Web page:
Wealth Accumulation and Factors Accounting for Success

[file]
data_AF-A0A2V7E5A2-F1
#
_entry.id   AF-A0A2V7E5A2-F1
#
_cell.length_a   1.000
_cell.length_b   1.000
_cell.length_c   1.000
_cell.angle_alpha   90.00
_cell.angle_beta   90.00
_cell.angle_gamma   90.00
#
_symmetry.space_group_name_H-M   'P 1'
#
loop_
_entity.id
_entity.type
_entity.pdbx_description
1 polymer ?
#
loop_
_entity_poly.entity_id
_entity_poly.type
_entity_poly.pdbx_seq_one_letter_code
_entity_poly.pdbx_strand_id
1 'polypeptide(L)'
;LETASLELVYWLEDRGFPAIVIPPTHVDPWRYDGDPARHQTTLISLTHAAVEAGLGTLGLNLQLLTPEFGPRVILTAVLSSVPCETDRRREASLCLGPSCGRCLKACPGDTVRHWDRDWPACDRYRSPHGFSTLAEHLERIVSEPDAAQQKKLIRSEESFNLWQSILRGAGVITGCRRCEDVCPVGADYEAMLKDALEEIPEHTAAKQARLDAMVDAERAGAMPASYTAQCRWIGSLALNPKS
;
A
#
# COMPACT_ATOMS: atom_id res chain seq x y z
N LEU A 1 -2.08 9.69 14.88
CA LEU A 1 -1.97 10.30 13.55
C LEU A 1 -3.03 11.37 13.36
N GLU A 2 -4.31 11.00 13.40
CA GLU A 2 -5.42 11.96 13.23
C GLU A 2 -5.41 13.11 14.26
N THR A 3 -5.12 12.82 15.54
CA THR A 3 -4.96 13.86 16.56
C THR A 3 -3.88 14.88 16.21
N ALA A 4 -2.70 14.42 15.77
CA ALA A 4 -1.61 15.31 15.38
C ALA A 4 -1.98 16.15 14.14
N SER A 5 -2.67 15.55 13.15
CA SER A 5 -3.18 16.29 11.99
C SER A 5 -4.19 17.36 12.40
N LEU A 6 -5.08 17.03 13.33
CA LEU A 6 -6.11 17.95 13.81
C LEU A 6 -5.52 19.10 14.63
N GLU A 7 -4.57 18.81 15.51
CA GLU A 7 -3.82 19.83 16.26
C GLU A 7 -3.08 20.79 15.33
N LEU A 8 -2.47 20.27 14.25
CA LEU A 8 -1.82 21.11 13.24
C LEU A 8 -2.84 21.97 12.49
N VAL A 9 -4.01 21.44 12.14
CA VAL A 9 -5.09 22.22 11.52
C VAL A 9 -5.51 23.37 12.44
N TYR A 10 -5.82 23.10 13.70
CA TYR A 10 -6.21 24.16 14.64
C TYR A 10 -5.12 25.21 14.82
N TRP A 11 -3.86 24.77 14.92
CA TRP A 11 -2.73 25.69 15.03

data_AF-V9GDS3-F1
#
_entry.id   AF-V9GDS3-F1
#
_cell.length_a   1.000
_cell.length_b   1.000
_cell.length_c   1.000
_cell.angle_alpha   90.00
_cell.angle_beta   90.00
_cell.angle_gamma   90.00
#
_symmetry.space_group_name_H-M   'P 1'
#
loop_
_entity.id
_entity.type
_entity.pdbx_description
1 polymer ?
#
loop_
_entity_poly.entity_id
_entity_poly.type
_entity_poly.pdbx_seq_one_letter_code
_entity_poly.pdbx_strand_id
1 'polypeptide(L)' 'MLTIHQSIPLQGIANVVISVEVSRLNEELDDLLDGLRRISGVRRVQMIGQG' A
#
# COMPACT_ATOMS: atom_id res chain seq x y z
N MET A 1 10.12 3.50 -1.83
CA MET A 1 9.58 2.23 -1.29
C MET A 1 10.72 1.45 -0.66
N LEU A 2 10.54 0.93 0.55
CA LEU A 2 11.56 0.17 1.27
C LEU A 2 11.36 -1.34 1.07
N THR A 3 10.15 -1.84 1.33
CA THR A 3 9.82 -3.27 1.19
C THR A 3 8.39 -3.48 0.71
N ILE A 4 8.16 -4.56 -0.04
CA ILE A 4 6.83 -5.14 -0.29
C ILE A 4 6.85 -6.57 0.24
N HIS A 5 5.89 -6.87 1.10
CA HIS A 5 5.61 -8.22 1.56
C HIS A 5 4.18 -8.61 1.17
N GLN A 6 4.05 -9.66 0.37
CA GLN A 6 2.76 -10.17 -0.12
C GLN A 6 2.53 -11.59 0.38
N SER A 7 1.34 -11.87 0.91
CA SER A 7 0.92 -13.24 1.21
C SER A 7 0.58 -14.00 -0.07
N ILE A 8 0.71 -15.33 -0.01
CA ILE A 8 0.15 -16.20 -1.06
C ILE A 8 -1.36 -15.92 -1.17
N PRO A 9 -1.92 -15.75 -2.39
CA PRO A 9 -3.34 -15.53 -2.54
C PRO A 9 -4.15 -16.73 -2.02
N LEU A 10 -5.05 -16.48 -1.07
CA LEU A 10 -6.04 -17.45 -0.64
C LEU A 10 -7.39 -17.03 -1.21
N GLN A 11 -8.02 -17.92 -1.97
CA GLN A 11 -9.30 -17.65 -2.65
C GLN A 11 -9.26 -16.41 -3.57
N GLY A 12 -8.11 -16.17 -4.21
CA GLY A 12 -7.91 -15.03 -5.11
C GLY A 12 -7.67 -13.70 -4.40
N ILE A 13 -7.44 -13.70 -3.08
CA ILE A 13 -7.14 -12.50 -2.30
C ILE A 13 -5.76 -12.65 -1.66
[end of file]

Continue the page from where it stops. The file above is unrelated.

We use detailed income, balance sheet, and cash flow statements constructed for households in a long monthly panel in an emerging market economy, and some recent contributions in economic theory, to document and better understand the factors underlying success in achieving upward mobility in the distribution of net worth. Wealth inequality is decreasing over time, and many households work their way out of poverty and lower wealth over the seven year period. The accounts establish that, mechanically, this is largely due to savings rather than incoming gifts and remittances. In turn, the growth of net worth can be decomposed household by household into the savings rate and how productively that savings is used, the return on assets (ROA). The latter plays the larger role. ROA is, in turn, positively correlated with higher education of household members, younger age of the head, and with a higher debt/asset ratio and lower initial wealth, so it seems from cross-sections that the financial system is imperfectly channeling resources to productive and poor households. Household fixed effects account for the larger part of ROA, and this success is largely persistent, undercutting the story that successful entrepreneurs are those that simply get lucky. Persistence does vary across households, and in at least one province with much change and increasing opportunities, ROA changes as households move over time to higher-return occupations. But for those households with high and persistent ROA, the savings rate is higher, consistent with some micro founded macro models with imperfect credit markets. Indeed, high ROA households save by investing in their own enterprises and adopt consistent financial strategies for smoothing fluctuations. More generally growth of wealth, savings levels and/or rates are correlated with TFP and the household fixed effects that are the larger part of ROA.